6. 1. I do pay more for life insurance:

    2. My entire family - two fat parents and FIVE children barely used $1000 on our health insurance last year. My husband had NO sick days for the entire calendar year.
    I even had a homebirth complication free and paid out of pocket.

    3. I just wish there was NO health insurance. Let me pay for my shit out of pocket then it won't be anyone else's damn business how much I weigh. Health care costs would be better regulated if it came out of pocket anyway.

  7. Anonymous2:06 PM

    Insurers DO charge more- or flat out deny coverage- for obesity.

    When I left my previous job to accept a position in a company much closer to home (commute 8 minutes instead of an hour and a half) I had to accept that my new company didn't have health insurance. What I didn't know was how difficult it would be to get coverage, due to being obese. Blue Cross denied me outright, as did Aetna, both citing my weight. Another insurer, Celtic, accepted me but at nearly twice the standard rate for someone of my gender/age. I am active and have no other health issues. I also have to say that it did provide a wake-up call to me because I was now seeing, in the form of a monthly expense, what my add'l weight was costing me. I switched doctors, was diagnosed with Hashimotos Thyroiditis, began treatment and have since lost 35 lbs. I don't know if I would have done that if I hadn't seen what my weight was costing me every month.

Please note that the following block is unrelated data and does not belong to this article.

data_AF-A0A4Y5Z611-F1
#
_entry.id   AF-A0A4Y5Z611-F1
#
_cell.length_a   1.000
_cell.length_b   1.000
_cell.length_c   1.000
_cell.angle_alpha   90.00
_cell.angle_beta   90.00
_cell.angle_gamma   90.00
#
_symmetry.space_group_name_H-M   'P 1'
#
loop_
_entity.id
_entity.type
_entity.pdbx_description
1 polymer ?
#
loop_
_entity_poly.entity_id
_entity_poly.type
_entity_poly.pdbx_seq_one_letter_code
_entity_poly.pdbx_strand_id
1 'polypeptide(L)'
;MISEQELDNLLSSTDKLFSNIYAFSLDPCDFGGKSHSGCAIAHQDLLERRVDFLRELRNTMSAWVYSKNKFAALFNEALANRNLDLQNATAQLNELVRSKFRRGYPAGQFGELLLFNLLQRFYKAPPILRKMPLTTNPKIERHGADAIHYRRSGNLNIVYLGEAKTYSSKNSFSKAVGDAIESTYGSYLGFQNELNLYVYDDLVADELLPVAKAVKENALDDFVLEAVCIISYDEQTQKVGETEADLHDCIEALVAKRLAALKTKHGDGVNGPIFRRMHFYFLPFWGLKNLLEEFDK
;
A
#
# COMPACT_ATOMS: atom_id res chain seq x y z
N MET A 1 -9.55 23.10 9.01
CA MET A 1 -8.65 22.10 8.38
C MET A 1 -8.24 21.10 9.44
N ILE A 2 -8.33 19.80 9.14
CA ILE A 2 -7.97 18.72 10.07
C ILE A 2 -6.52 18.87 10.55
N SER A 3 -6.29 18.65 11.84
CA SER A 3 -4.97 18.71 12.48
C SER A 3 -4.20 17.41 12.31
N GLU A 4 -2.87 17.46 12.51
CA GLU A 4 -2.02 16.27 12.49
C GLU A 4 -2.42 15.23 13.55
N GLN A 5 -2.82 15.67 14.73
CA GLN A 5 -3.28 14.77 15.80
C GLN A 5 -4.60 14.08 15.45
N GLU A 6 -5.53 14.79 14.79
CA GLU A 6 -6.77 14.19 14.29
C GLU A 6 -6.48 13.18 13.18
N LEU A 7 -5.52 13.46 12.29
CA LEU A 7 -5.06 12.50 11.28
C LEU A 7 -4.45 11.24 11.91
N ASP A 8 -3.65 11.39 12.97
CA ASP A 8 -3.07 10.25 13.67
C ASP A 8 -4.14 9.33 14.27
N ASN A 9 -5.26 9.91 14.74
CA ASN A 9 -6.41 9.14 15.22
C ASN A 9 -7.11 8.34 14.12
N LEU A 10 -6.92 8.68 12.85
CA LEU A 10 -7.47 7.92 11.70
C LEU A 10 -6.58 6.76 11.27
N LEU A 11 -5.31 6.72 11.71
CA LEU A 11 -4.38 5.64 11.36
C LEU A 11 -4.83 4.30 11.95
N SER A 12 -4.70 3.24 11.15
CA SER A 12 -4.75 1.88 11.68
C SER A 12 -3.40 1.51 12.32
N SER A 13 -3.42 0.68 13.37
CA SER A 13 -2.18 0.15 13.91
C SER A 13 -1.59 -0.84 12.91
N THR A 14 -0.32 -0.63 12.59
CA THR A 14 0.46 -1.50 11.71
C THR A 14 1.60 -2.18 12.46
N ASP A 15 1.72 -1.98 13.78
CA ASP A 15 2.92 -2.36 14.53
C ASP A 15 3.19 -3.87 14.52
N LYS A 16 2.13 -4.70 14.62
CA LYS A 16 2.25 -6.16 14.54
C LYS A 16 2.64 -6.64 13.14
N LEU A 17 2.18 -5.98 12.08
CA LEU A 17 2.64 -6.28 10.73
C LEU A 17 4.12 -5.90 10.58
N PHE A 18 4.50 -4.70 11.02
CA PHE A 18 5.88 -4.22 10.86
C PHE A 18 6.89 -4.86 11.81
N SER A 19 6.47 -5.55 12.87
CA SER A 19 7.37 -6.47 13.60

"Count your calories, work out when you can, and try to be good to yourself. All the rest is bulls**t." -- Jillian Michaels at BlogHer '07